In assessing the data from the study, Johnson found that when men believed they were doing their fair share of the housework, the couple had sex more often.
In assessing the data from the study, Johnson found that when men believed they were doing their fair share of the housework, the couple had sex more often.

How housework can lead to more sex

By Staff Reporter Time of article published Nov 9, 2015

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Johannesburg - Any men out there who want more sex? You might succeed if you do the dishes more often.

According to a new study, if household chores are fairly divided between men and women who’re part of a couple, this leads to a better sex life.

The study – “Skip the Dishes? Not so Fast? Sex and Housework Revisited” – was published in the Journal of Family Psychology.

The study began after researcher Matt Johnson, a family ecology professor at the University of Alberta in Canada, took issue with a paper released in 2012 that said when men did “what is regarded traditionally as female housework”, such as washing dishes, cooking and doing the laundry, the couple had less sex.

“The study did not ring true. It didn’t fit with my intuition and background experiences as a couples therapist,” Johnson said in a statement published by EurekAlert.

Johnson turned to data from a five-year-old study conducted on more than 1 000 German couples to see if the amount of housework done by the male was a predictor of the couple’s sex life. He found no connection. He then examined whether men believed they contributed fairly to housework, and how this perception was related to their sex life.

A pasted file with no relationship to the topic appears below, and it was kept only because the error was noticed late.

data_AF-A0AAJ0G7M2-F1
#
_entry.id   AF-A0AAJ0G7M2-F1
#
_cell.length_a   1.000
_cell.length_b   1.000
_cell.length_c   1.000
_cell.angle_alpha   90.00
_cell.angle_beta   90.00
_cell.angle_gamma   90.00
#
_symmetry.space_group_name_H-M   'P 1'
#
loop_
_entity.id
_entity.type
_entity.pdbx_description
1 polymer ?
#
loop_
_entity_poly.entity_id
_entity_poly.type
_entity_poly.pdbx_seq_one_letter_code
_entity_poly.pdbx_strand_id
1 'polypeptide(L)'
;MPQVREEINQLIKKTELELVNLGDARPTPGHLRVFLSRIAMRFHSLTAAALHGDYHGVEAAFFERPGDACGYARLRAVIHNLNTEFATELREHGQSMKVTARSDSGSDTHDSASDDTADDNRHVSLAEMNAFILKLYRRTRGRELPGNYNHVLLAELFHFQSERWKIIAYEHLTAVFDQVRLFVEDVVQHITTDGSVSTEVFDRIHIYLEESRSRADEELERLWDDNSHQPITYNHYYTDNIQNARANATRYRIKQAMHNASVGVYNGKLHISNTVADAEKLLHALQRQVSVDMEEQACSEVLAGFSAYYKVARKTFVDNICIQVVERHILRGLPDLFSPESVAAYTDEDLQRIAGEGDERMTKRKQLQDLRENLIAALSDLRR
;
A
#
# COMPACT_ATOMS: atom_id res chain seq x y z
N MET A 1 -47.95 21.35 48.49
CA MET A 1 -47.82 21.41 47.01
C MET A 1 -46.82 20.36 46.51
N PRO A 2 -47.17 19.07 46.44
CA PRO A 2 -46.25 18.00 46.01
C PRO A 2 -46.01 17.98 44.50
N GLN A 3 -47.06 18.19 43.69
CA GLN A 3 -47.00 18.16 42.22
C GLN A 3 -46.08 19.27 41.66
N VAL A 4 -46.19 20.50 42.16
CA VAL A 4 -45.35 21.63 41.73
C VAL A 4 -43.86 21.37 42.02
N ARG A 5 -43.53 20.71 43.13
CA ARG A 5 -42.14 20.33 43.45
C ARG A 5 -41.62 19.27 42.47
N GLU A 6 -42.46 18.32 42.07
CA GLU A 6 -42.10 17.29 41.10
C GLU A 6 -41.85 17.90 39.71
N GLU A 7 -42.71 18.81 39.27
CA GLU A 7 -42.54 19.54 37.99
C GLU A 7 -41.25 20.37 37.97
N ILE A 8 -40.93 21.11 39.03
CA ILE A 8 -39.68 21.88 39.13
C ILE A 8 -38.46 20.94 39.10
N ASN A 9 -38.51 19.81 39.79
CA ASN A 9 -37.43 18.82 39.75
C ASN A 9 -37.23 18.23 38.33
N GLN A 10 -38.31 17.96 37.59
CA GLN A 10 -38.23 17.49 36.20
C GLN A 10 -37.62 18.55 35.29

“In any relationship, the amount of housework is going to mean something different, based on the couple’s context, based on their own expectations for what each partner should be doing, and their comparison levels of what happens with other couples they know,” Johnson said.

In assessing the data from the study, Johnson found that when men believed they were doing their fair share of the housework, the couple had sex more often – and both the men and women in those couples reported being more satisfied with their sex lives.

Johnson describes Germans as having “more traditional gender roles than the US”, saying other studies had shown that German men did less housework on average than men in North America.

“There are cultural differences, but if the logic held from the prior studies, we would have expected to have a more pronounced negative impact of housework on sexuality in Germany, because it is a bit more traditional. But that was not the case at all.”

Johnson believes his findings are important for couples “seeking to maintain sexual intimacy while balancing the demands of daily life.

“Rather than avoiding chores in the hope of having more sex, as prior research would imply, men are likely to experience more frequent and satisfying passion – for both partners – when they do their share.”

The Star

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